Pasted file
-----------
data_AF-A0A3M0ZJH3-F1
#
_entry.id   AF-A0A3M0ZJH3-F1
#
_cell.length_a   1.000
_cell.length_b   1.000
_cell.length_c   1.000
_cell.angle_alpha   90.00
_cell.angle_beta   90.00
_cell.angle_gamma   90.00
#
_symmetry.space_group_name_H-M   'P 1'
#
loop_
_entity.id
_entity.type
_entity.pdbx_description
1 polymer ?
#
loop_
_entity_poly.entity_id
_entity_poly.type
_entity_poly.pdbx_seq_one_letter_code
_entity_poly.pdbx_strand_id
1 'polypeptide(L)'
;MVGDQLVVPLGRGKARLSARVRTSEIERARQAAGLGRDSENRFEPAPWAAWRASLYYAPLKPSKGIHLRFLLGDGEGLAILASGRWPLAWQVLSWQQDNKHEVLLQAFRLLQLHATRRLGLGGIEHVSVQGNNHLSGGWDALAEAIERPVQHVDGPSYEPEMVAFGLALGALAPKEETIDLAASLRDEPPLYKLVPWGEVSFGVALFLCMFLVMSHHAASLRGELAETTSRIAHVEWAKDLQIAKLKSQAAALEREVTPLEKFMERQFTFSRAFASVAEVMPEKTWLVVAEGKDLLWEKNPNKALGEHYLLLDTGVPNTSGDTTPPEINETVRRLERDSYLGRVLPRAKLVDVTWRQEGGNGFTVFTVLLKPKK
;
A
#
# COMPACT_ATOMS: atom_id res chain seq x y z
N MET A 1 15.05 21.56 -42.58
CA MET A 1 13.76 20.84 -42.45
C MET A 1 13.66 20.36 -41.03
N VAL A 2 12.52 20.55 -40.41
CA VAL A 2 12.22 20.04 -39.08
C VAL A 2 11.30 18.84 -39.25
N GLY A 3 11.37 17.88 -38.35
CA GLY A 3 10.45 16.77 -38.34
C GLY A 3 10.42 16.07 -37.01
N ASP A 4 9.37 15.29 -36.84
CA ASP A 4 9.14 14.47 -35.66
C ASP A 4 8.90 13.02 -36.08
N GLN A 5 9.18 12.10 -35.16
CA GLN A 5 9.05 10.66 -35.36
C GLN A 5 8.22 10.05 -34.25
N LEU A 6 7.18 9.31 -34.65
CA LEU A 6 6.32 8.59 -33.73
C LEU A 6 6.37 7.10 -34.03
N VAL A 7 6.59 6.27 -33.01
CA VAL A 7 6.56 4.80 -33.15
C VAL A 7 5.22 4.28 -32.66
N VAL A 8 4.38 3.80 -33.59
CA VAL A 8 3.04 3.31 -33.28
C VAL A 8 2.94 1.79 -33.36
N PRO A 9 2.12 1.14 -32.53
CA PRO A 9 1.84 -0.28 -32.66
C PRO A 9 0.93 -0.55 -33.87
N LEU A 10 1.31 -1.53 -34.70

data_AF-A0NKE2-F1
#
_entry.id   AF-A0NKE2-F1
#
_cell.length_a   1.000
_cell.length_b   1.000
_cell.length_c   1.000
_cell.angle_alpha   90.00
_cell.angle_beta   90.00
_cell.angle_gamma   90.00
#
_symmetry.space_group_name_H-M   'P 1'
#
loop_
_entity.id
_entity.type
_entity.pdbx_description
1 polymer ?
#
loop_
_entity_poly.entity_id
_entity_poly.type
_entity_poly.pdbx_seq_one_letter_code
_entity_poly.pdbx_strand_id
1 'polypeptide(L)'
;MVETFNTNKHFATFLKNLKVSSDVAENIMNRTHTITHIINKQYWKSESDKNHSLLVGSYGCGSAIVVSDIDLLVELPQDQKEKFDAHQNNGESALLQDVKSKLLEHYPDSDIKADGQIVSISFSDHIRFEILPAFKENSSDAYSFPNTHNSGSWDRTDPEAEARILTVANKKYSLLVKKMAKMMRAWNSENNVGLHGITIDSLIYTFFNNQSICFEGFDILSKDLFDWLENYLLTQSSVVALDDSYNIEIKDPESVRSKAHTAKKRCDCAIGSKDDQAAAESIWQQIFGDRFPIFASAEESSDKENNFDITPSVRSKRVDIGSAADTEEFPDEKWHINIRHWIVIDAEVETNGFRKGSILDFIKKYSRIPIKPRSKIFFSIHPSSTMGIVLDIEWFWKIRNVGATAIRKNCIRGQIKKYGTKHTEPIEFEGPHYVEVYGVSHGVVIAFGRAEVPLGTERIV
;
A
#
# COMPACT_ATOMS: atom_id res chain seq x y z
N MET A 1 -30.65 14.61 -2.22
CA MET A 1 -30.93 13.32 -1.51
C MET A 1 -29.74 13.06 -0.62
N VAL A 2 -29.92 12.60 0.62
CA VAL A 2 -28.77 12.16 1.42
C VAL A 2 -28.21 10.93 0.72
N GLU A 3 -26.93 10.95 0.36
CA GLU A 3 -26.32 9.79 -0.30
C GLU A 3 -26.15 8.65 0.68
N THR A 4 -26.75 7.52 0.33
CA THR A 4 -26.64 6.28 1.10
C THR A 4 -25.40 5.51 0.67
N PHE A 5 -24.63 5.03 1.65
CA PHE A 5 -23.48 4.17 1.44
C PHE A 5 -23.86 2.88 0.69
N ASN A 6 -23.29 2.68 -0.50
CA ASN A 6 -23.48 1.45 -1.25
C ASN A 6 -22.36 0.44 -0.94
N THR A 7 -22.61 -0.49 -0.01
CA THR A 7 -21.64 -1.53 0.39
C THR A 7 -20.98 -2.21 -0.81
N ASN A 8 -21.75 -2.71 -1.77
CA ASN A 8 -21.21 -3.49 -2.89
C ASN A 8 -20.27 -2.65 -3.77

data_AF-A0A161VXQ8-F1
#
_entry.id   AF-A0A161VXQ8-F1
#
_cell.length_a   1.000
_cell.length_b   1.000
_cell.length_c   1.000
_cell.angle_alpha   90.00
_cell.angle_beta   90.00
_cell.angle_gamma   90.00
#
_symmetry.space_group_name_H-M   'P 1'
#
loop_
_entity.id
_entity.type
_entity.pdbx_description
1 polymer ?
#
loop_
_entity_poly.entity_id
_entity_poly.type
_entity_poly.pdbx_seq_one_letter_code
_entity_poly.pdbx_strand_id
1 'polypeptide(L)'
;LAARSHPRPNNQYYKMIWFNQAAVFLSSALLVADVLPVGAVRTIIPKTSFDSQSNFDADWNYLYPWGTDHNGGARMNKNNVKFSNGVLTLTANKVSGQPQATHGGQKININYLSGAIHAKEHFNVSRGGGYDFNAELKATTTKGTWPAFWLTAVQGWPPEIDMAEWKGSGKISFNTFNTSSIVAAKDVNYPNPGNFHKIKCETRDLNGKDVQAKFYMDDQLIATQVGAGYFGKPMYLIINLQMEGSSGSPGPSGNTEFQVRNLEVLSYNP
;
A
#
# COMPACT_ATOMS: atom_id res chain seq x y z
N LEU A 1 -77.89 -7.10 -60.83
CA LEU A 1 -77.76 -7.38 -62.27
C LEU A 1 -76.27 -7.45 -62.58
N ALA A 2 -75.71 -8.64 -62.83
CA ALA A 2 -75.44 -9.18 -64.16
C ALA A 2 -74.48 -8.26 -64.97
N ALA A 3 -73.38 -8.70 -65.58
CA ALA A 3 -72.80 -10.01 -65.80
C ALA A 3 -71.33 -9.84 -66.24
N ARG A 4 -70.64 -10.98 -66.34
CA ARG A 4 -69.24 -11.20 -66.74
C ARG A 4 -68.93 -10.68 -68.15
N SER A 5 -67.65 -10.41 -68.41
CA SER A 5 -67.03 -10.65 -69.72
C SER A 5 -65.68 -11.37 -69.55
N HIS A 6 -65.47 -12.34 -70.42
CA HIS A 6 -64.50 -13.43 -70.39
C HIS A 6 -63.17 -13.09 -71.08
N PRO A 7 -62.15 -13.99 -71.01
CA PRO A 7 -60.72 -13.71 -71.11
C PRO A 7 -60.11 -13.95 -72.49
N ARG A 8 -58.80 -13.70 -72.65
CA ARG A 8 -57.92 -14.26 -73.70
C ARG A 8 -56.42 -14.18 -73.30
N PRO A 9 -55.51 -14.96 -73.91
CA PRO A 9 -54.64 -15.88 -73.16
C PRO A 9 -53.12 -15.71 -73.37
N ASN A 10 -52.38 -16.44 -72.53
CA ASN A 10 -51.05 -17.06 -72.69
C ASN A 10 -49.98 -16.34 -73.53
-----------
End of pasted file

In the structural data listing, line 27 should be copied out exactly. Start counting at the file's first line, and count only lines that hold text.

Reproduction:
;